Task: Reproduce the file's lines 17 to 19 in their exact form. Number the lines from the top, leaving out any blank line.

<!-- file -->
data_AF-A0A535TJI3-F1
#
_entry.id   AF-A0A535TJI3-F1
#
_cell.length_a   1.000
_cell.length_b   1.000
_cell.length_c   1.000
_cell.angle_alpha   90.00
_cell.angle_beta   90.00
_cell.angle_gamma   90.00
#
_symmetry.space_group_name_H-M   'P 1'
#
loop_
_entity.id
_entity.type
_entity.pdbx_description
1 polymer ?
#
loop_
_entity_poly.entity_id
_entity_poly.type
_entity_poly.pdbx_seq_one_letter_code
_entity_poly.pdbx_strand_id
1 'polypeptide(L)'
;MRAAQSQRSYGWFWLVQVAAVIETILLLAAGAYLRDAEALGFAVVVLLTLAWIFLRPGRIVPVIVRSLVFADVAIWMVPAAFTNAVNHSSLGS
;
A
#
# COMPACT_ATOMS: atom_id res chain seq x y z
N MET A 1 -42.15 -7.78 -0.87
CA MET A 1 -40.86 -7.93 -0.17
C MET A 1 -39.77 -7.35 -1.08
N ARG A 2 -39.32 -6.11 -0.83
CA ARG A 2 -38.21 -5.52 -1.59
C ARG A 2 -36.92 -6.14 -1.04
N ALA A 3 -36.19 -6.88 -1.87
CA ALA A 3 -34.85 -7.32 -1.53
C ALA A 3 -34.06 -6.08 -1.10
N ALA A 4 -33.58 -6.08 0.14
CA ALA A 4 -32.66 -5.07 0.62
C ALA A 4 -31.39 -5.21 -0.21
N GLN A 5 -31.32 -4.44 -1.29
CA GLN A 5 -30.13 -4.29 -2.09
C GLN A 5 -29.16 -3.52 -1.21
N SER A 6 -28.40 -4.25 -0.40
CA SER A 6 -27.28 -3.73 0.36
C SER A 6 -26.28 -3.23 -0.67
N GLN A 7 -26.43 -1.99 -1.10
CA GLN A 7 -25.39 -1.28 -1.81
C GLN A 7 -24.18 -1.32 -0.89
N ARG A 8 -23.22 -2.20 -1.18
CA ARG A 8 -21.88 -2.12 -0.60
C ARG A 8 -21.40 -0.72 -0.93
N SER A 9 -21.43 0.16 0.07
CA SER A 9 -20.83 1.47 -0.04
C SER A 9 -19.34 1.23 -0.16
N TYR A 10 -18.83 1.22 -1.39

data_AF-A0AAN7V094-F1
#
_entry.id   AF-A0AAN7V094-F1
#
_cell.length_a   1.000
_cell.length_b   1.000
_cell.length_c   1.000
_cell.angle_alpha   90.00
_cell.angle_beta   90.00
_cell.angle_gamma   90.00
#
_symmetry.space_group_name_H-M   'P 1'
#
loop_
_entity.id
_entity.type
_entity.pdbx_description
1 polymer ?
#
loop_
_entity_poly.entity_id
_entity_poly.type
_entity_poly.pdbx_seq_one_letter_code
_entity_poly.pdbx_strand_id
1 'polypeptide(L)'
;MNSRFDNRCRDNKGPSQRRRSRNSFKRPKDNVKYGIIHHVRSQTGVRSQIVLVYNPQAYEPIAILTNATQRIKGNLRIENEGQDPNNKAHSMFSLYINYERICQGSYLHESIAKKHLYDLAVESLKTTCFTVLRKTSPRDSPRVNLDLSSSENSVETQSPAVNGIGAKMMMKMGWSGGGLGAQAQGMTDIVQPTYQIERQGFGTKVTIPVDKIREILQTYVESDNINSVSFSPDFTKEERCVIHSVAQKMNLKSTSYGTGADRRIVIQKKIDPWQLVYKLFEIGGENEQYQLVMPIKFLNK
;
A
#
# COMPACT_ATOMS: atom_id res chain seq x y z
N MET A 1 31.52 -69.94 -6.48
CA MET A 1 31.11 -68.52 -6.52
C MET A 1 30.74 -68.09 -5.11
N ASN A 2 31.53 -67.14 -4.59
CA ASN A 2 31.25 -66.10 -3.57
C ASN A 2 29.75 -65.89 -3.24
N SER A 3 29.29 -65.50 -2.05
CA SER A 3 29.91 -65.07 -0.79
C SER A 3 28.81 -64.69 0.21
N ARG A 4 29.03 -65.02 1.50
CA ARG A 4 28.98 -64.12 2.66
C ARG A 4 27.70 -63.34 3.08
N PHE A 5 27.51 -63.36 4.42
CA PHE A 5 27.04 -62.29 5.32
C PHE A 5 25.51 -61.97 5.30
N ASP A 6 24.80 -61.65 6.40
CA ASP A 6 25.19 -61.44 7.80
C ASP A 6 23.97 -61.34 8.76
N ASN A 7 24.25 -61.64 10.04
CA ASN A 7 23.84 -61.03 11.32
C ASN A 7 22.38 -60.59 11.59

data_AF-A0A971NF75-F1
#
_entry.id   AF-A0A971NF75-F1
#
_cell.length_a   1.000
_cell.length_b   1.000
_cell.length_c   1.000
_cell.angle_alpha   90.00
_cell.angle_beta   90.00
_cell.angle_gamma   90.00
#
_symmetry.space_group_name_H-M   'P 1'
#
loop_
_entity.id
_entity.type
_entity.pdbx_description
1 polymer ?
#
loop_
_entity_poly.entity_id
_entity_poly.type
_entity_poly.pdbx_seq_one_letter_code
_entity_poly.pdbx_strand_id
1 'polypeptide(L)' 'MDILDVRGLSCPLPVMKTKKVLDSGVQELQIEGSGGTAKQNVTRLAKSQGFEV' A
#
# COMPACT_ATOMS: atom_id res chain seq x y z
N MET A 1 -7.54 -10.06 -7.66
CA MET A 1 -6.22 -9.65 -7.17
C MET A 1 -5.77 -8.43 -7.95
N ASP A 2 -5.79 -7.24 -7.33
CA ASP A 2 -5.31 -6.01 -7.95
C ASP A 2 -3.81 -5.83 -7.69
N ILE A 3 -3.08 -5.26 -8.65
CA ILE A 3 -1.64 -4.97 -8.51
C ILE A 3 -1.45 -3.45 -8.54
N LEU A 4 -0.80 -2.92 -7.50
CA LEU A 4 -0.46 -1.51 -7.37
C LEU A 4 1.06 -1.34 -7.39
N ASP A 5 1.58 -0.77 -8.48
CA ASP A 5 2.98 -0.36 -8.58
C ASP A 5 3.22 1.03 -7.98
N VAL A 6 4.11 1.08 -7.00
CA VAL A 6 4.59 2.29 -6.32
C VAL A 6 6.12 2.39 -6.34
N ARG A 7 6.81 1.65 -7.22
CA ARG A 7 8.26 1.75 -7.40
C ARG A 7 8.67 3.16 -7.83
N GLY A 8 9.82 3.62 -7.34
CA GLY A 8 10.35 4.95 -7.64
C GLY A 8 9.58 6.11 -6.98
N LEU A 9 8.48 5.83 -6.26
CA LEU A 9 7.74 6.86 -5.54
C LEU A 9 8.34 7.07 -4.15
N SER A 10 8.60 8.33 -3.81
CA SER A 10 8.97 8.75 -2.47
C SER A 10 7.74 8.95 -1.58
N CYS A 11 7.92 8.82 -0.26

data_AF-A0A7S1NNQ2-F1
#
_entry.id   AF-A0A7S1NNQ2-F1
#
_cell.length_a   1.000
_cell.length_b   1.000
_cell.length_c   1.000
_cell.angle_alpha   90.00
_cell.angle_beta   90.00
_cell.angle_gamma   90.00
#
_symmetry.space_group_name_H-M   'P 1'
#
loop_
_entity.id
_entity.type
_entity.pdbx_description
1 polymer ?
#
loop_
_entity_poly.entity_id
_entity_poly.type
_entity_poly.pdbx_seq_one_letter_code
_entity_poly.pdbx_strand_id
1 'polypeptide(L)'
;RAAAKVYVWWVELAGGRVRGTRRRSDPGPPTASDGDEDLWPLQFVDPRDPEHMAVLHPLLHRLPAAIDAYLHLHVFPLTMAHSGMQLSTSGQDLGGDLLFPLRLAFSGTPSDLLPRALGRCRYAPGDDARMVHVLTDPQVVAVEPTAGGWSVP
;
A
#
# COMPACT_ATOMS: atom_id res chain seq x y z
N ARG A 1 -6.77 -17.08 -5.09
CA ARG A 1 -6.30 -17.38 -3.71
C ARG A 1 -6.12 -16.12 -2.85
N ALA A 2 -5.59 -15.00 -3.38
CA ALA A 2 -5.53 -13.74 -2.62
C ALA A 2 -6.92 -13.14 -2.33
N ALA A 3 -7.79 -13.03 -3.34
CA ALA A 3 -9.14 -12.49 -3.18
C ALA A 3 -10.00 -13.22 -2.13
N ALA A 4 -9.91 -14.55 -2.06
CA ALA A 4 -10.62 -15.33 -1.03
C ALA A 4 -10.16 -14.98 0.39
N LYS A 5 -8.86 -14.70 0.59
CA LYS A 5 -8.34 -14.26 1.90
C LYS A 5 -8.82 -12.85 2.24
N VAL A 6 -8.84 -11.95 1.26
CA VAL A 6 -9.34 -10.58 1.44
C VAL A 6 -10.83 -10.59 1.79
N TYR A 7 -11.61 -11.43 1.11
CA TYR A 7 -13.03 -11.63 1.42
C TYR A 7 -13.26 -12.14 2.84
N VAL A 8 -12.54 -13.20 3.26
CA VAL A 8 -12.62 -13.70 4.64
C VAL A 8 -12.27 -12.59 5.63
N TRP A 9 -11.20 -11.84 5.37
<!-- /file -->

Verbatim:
_entity.pdbx_description
1 polymer ?
#